What Would Rousseau Make of Our Selfish Age?
Few thinkers have left their fingerprints on the modern age as indelibly as Jean-Jacques Rousseau, the tricentenary of whose birth we celebrate on Thursday (28 June).. He was a philosopher who helped shape the destiny of nations, which is more than can be said for Pythagoras or AC Grayling. He was also a political visionary of stunning originality, a potent influence on the French revolution and a source of inspiration for the Romantics. Those who like their fiction drenched in lofty moral sentiment can also claim him as a great novelist.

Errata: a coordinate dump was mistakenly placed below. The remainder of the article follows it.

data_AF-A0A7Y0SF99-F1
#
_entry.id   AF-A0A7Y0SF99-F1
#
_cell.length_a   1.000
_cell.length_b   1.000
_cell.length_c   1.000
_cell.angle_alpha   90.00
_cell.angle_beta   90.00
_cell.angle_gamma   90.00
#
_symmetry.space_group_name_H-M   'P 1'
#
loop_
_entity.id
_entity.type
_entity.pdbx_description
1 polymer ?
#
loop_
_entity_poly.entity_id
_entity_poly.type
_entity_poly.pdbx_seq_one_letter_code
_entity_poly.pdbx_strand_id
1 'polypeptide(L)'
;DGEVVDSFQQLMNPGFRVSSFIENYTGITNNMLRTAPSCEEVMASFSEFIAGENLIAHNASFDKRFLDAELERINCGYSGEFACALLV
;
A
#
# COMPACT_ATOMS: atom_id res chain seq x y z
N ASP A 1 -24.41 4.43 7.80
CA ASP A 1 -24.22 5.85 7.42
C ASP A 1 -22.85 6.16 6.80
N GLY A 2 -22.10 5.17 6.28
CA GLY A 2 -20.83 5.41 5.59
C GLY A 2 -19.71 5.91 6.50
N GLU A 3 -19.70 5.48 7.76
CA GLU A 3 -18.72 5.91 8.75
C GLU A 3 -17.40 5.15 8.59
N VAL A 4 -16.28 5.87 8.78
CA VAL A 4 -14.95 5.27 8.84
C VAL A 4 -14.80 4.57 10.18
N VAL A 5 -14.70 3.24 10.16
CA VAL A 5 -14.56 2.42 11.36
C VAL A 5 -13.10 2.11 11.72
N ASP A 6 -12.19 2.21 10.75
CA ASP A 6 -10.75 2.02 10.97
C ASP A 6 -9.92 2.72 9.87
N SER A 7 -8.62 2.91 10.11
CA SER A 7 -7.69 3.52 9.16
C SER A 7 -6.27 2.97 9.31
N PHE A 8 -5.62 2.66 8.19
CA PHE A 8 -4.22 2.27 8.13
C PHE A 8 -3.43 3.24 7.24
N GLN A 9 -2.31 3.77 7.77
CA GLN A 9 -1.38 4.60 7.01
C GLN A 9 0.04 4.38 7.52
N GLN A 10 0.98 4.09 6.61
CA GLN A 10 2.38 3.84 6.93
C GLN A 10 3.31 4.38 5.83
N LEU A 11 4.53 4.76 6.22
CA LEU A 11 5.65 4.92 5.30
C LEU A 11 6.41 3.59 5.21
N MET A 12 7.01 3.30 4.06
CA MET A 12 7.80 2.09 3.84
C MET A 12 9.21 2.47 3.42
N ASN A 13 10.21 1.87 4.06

Much of what one might call the modern sensibility was this thinker’s creation. It is in Rousseau’s writing above all that history begins to turn from upper-class honour to middle-class humanitarianism. Pity, sympathy and compassion lie at the centre of his moral vision. Values associated with the feminine begin to infiltrate social existence as a whole, rather than being confined to the domestic sphere. Gentlemen begin to weep in public, while children are viewed as human beings in their own right rather than defective adults.